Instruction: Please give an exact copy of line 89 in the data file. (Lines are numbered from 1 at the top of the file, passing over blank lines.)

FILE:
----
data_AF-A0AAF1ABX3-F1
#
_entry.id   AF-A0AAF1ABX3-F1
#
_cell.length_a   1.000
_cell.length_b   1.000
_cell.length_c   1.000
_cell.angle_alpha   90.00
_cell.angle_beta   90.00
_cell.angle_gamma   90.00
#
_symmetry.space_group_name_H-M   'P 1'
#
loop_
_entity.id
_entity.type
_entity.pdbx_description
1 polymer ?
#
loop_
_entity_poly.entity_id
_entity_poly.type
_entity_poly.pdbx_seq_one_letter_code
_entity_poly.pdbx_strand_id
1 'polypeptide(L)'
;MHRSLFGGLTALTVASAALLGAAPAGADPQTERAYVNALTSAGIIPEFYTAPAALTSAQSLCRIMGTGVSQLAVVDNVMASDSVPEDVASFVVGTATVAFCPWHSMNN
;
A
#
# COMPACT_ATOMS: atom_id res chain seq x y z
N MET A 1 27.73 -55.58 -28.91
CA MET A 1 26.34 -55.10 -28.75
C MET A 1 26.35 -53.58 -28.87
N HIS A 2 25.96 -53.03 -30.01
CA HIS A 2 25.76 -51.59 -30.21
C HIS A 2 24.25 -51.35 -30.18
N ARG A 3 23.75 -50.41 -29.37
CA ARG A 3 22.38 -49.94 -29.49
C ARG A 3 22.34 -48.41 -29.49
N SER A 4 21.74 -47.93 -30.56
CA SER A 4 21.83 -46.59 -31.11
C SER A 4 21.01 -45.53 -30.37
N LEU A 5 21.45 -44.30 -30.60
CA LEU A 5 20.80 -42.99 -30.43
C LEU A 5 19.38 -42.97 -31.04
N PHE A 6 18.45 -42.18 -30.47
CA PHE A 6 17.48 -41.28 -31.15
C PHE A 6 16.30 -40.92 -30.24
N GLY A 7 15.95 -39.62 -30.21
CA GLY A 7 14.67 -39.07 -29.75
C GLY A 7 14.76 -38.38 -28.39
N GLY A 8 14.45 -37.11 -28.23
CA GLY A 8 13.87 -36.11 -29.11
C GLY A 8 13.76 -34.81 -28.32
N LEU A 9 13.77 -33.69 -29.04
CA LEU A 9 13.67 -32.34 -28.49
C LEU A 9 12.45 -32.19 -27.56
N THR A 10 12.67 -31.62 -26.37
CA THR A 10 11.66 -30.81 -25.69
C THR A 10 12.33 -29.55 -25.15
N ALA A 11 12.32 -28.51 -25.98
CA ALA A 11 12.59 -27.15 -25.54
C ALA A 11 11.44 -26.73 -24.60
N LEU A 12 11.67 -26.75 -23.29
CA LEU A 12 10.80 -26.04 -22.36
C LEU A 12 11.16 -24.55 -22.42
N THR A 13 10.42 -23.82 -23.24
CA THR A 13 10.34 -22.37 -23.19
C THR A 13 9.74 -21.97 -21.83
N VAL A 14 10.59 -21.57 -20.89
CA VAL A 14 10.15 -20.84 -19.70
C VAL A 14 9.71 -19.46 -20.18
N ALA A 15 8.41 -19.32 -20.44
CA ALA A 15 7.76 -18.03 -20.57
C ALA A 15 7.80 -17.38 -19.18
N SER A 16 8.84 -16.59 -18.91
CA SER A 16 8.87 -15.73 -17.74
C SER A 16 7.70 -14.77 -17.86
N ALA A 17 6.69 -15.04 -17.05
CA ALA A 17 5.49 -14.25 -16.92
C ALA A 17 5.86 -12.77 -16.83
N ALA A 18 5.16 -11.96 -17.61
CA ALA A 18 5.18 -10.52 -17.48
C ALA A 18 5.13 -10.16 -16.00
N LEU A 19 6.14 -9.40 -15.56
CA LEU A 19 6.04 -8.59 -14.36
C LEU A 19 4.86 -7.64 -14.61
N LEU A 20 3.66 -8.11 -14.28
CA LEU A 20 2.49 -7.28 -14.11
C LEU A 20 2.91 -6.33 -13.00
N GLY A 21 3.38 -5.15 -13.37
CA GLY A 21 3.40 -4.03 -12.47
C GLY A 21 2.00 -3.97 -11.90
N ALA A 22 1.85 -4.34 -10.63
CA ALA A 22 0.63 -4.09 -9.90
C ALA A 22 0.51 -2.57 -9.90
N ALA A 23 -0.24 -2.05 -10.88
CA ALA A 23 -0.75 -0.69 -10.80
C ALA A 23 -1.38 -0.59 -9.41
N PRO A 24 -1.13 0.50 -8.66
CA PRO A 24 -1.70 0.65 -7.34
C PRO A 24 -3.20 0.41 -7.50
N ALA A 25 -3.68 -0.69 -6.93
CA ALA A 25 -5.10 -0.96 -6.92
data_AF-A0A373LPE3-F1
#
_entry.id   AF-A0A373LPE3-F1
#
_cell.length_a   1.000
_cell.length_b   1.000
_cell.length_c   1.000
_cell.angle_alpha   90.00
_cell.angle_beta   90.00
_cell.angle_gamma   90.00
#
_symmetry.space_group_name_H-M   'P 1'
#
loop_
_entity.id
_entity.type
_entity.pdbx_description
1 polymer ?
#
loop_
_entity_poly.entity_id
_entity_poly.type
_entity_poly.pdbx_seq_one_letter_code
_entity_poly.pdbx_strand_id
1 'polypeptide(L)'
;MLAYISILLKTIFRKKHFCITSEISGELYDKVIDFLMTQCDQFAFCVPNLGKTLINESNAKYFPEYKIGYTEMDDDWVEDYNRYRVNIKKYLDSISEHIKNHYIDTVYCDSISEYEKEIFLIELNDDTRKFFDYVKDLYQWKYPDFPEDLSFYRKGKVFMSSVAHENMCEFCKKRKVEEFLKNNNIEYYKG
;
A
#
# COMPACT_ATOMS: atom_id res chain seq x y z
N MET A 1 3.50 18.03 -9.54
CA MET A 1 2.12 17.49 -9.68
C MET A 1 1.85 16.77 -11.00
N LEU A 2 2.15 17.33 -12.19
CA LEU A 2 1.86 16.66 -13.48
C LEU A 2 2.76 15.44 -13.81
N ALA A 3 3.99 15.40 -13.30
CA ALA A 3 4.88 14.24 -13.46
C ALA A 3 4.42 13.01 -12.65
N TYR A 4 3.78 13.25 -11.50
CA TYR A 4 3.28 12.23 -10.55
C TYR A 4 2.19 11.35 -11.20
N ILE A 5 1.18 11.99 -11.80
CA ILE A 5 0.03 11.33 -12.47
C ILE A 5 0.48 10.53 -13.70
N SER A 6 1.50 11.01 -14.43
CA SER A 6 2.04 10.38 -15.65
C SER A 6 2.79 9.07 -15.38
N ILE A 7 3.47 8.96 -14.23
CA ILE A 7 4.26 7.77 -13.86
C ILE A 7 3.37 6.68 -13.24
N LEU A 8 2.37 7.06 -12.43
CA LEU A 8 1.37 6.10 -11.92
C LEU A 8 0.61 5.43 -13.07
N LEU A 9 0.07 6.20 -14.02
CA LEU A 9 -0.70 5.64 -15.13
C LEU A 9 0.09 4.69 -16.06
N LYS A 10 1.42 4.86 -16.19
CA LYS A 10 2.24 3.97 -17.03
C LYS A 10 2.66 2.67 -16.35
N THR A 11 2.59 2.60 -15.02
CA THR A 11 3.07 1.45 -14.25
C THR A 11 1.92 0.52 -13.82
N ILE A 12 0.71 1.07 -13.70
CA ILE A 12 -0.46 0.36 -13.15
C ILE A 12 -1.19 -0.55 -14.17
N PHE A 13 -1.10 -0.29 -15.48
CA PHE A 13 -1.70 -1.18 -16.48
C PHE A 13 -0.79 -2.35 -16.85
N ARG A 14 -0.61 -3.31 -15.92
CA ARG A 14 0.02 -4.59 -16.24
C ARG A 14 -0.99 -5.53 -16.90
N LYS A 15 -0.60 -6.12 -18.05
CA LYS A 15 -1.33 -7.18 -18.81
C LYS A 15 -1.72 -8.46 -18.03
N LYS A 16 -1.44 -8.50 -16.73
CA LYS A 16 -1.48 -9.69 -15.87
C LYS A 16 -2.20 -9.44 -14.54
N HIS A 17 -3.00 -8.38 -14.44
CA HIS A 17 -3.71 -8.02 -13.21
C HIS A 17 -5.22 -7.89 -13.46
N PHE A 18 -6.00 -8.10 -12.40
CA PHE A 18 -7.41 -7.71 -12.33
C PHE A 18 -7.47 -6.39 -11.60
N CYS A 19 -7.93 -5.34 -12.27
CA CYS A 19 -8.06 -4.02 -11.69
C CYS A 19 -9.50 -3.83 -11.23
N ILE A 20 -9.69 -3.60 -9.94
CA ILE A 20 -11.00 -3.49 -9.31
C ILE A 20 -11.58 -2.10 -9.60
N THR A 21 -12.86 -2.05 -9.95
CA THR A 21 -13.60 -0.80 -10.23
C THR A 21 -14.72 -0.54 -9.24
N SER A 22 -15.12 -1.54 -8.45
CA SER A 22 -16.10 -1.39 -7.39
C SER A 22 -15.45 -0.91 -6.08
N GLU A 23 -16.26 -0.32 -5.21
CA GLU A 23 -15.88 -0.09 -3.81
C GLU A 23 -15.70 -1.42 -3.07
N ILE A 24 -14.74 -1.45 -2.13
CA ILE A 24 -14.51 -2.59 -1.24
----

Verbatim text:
CA LEU A 20 2.49 -7.28 -14.11